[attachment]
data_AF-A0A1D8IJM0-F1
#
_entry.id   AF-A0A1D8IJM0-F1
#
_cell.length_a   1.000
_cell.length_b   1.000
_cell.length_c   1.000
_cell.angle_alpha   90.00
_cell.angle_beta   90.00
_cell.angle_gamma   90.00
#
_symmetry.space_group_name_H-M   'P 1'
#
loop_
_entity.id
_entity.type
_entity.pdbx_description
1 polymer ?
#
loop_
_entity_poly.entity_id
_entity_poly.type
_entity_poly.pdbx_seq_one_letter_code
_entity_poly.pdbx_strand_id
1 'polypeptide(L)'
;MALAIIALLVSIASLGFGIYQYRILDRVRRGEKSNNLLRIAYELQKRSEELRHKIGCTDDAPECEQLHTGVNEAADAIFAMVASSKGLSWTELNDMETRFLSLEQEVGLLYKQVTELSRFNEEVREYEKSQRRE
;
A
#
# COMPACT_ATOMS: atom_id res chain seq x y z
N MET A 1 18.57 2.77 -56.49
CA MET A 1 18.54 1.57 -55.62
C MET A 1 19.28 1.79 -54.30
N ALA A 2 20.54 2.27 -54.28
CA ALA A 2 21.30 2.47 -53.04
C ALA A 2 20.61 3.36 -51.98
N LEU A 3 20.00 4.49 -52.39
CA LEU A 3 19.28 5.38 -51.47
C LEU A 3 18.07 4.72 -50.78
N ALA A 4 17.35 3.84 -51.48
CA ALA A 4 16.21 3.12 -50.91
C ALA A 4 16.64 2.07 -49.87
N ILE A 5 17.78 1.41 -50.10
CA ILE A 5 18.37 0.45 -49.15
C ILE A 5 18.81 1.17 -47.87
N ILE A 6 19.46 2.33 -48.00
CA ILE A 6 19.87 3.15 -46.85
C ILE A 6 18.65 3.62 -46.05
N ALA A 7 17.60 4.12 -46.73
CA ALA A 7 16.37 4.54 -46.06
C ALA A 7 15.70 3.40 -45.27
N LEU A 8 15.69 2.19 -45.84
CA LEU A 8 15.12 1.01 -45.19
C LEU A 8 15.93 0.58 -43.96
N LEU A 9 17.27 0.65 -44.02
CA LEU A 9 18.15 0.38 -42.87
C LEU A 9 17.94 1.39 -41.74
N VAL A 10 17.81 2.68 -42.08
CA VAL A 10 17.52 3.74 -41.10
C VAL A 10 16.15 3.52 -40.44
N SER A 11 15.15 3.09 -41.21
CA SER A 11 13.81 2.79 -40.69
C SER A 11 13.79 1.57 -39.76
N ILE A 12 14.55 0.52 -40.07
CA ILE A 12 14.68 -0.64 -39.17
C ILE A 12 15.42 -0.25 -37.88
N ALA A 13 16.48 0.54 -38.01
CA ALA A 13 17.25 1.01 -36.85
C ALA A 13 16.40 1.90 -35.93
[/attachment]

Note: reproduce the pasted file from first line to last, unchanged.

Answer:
data_AF-A0A1D8IJM0-F1
#
_entry.id   AF-A0A1D8IJM0-F1
#
_cell.length_a   1.000
_cell.length_b   1.000
_cell.length_c   1.000
_cell.angle_alpha   90.00
_cell.angle_beta   90.00
_cell.angle_gamma   90.00
#
_symmetry.space_group_name_H-M   'P 1'
#
loop_
_entity.id
_entity.type
_entity.pdbx_description
1 polymer ?
#
loop_
_entity_poly.entity_id
_entity_poly.type
_entity_poly.pdbx_seq_one_letter_code
_entity_poly.pdbx_strand_id
1 'polypeptide(L)'
;MALAIIALLVSIASLGFGIYQYRILDRVRRGEKSNNLLRIAYELQKRSEELRHKIGCTDDAPECEQLHTGVNEAADAIFAMVASSKGLSWTELNDMETRFLSLEQEVGLLYKQVTELSRFNEEVREYEKSQRRE
;
A
#
# COMPACT_ATOMS: atom_id res chain seq x y z
N MET A 1 18.57 2.77 -56.49
CA MET A 1 18.54 1.57 -55.62
C MET A 1 19.28 1.79 -54.30
N ALA A 2 20.54 2.27 -54.28
CA ALA A 2 21.30 2.47 -53.04
C ALA A 2 20.61 3.36 -51.98
N LEU A 3 20.00 4.49 -52.39
CA LEU A 3 19.28 5.38 -51.47
C LEU A 3 18.07 4.72 -50.78
N ALA A 4 17.35 3.84 -51.48
CA ALA A 4 16.21 3.12 -50.91
C ALA A 4 16.64 2.07 -49.87
N ILE A 5 17.78 1.41 -50.10
CA ILE A 5 18.37 0.45 -49.15
C ILE A 5 18.81 1.17 -47.87
N ILE A 6 19.46 2.33 -48.00
CA ILE A 6 19.87 3.15 -46.85
C ILE A 6 18.65 3.62 -46.05
N ALA A 7 17.60 4.12 -46.73
CA ALA A 7 16.37 4.54 -46.06
C ALA A 7 15.70 3.40 -45.27
N LEU A 8 15.69 2.19 -45.84
CA LEU A 8 15.12 1.01 -45.19
C LEU A 8 15.93 0.58 -43.96
N LEU A 9 17.27 0.65 -44.02
CA LEU A 9 18.15 0.38 -42.87
C LEU A 9 17.94 1.39 -41.74
N VAL A 10 17.81 2.68 -42.08
CA VAL A 10 17.52 3.74 -41.10
C VAL A 10 16.15 3.52 -40.44
N SER A 11 15.15 3.09 -41.21
CA SER A 11 13.81 2.79 -40.69
C SER A 11 13.79 1.57 -39.76
N ILE A 12 14.55 0.52 -40.07
CA ILE A 12 14.68 -0.64 -39.17
C ILE A 12 15.42 -0.25 -37.88
N ALA A 13 16.48 0.54 -38.01
CA ALA A 13 17.25 1.01 -36.85
C ALA A 13 16.40 1.90 -35.93